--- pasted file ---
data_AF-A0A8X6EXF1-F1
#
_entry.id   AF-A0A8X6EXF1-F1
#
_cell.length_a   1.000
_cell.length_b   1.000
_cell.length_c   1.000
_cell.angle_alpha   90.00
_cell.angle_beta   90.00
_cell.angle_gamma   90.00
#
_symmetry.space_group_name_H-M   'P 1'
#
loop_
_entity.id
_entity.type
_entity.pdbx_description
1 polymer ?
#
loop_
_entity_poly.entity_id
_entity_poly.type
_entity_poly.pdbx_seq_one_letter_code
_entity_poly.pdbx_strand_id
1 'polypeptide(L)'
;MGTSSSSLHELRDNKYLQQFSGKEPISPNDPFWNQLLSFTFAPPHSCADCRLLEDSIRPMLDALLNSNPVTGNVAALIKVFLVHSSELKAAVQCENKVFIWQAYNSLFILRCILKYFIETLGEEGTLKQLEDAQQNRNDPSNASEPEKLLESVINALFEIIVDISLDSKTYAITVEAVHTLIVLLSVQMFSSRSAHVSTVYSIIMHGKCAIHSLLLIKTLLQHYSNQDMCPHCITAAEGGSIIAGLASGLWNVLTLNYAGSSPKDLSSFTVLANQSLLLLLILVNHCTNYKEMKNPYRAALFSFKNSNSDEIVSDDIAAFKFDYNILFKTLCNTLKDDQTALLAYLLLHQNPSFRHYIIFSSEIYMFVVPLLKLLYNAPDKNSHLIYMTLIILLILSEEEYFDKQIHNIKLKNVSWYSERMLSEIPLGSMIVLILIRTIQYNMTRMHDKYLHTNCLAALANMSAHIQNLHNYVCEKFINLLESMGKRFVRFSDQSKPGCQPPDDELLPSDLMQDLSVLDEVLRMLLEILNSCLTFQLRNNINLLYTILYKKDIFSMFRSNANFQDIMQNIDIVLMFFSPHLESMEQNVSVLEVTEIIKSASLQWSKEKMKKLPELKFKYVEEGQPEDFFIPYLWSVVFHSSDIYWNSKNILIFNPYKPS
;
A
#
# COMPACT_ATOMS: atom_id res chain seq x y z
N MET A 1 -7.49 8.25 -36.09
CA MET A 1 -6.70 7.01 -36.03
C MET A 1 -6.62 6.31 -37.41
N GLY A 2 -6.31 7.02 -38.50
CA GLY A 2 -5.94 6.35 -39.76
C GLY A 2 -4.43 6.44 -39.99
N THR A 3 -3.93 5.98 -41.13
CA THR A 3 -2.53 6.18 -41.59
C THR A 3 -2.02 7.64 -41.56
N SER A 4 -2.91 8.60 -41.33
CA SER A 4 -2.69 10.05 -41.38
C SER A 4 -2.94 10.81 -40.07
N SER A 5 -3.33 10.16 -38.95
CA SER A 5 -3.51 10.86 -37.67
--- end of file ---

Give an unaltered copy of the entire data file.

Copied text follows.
data_AF-A0A8X6EXF1-F1
#
_entry.id   AF-A0A8X6EXF1-F1
#
_cell.length_a   1.000
_cell.length_b   1.000
_cell.length_c   1.000
_cell.angle_alpha   90.00
_cell.angle_beta   90.00
_cell.angle_gamma   90.00
#
_symmetry.space_group_name_H-M   'P 1'
#
loop_
_entity.id
_entity.type
_entity.pdbx_description
1 polymer ?
#
loop_
_entity_poly.entity_id
_entity_poly.type
_entity_poly.pdbx_seq_one_letter_code
_entity_poly.pdbx_strand_id
1 'polypeptide(L)'
;MGTSSSSLHELRDNKYLQQFSGKEPISPNDPFWNQLLSFTFAPPHSCADCRLLEDSIRPMLDALLNSNPVTGNVAALIKVFLVHSSELKAAVQCENKVFIWQAYNSLFILRCILKYFIETLGEEGTLKQLEDAQQNRNDPSNASEPEKLLESVINALFEIIVDISLDSKTYAITVEAVHTLIVLLSVQMFSSRSAHVSTVYSIIMHGKCAIHSLLLIKTLLQHYSNQDMCPHCITAAEGGSIIAGLASGLWNVLTLNYAGSSPKDLSSFTVLANQSLLLLLILVNHCTNYKEMKNPYRAALFSFKNSNSDEIVSDDIAAFKFDYNILFKTLCNTLKDDQTALLAYLLLHQNPSFRHYIIFSSEIYMFVVPLLKLLYNAPDKNSHLIYMTLIILLILSEEEYFDKQIHNIKLKNVSWYSERMLSEIPLGSMIVLILIRTIQYNMTRMHDKYLHTNCLAALANMSAHIQNLHNYVCEKFINLLESMGKRFVRFSDQSKPGCQPPDDELLPSDLMQDLSVLDEVLRMLLEILNSCLTFQLRNNINLLYTILYKKDIFSMFRSNANFQDIMQNIDIVLMFFSPHLESMEQNVSVLEVTEIIKSASLQWSKEKMKKLPELKFKYVEEGQPEDFFIPYLWSVVFHSSDIYWNSKNILIFNPYKPS
;
A
#
# COMPACT_ATOMS: atom_id res chain seq x y z
N MET A 1 -7.49 8.25 -36.09
CA MET A 1 -6.70 7.01 -36.03
C MET A 1 -6.62 6.31 -37.41
N GLY A 2 -6.31 7.02 -38.50
CA GLY A 2 -5.94 6.35 -39.76
C GLY A 2 -4.43 6.44 -39.99
N THR A 3 -3.93 5.98 -41.13
CA THR A 3 -2.53 6.18 -41.59
C THR A 3 -2.02 7.64 -41.56
N SER A 4 -2.91 8.60 -41.33
CA SER A 4 -2.69 10.05 -41.38
C SER A 4 -2.94 10.81 -40.07
N SER A 5 -3.33 10.16 -38.95
CA SER A 5 -3.51 10.86 -37.67